What makes teachers stay?Last spring, I was asked by my school district to go to Ohio on a recruiting trip for new teachers. Our district sent two two-person teams through Ohio and Michigan for a five-day recruiting trip stopping at different universities each day. We were looking for teachers to fDec 01, 2015
What makes teachers stay?
Last spring, I was asked by my school district to go to Ohio on a recruiting trip for new teachers. Our district sent two two-person teams through Ohio and Michigan for a five-day recruiting trip stopping at different universities each day. We were looking for teachers to fill vacancies ranging from elementary art to high school physics and biology. These states, along with others, have had more teachers than positions throughout the last decade.
The Buckeye Bonanza recruiting trip should have been an Arizona administrator’s dream, but it wasn’t. There were hundreds and hundreds of districts recruiting and in many cases recruiters were as plentiful as recruits. There were at least 10 Arizona districts at each of our stops, and what we heard at each stop was the same - that last year there were double the number of fresh-faced, soon to be college grads applying for jobs and that some of the colleges were cutting back on their college of education programs because of the lack of interest. On top of that, there were numerous districts from across the country offering large bonuses and salaries that we could not match. Although I believe that Arizona, specifically my district, does an excellent job with our students and is an excellent place to work, what makes us any different from the other states looking for teachers? It was an eye-opening trip. Fortunately, we were able to secure some great young teachers, but what does the fact that Arizona doesn’t produce enough teachers from in-state universities say about the state of education in our state?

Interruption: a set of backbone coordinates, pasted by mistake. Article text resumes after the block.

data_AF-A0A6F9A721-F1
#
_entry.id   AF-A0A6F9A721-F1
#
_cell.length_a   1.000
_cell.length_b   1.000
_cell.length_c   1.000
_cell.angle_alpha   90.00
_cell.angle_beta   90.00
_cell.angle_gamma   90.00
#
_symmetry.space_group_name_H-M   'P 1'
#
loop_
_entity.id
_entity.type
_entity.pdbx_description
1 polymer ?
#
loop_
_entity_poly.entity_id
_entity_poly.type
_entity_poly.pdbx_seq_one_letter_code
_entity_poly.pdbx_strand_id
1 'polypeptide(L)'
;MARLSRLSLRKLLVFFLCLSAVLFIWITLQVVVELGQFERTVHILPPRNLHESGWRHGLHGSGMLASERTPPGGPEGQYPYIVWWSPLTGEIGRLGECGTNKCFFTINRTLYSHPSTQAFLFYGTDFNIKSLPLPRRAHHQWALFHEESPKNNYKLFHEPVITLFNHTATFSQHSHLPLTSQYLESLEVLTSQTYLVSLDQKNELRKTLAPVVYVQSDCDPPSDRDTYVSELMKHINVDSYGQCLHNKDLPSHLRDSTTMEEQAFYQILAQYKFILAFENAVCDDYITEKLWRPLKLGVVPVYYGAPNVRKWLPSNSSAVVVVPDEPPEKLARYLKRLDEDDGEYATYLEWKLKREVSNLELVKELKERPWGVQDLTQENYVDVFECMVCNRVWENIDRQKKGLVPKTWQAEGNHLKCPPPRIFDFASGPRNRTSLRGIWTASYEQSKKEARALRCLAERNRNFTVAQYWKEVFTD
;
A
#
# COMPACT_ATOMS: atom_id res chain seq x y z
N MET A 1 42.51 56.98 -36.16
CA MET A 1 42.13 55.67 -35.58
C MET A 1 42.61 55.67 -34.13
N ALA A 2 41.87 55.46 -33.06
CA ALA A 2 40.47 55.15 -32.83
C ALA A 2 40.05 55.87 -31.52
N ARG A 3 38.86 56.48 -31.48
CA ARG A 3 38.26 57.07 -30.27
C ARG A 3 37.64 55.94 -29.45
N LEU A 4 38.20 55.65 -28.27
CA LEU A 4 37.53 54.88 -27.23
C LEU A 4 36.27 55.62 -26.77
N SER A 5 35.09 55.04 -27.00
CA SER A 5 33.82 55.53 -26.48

I am a native Arizonan. I knew going into college I wanted to serve the young people of my state. I spent time researching the schools in the area I lived; I felt connected. Shortly after beginning my teaching career in the Valley, I moved to Lake Havasu City, where I have educated students for the past 13 years. My children go to school here. I am vested in my community—it is the same story for many of us. We talk with one another often about what makes us stay. Why haven’t the low wages, lack of respect and the difficult job driven us away? It is the connection we have to one another, to our students, and to the families. Next year, we are looking to add a teaching profession’s career path to the CTE program in my school. I am excited about the possibility of students graduating Lake Havasu High School and coming back to teach after they graduate college. I hope we can work with the local community college and universities that serve the area to develop a program that gets alumni back into our schools.
I understand why teachers have left my community for other opportunities. I wish them well. The last 10 years have not been easy, and I can only hope that the next 10 years are better. But, I think districts spend too much time on exit surveys and looking at why teachers are leaving, rather than really focusing on why teachers are staying. According to the ADE’s Recruitment and Retention Task Force, 24 percent of teachers are eligible to retire in the next three years and 24 percent of Arizona teachers only teach here for one year. The cost of teacher turnover is huge, both for districts and students themselves.
Because of my experience recruiting last spring, and my focus as a building administrator on ensuring that every student has an excellent teacher, I am asking you to let me know why you stay. Our voices matter and we must inform the communities we live in about what we really want as teachers. I will be conducting research this winter and presenting my research this summer about what it is that districts can do to encourage more teachers to stay and support Arizona students the way they need to be. If you would like to help me in this task of collecting teacher feedback about retention, please take just a few minutes to answer my survey - http://goo.gl/forms/jCAIUcF9he
Thank you for loving Arizona’s kids as much as I do.
Jaime Festa-Daigle is a National Board Certified Teacher and Arizona Master Teacher. She is an Assistant Principal at Lake Havasu High School.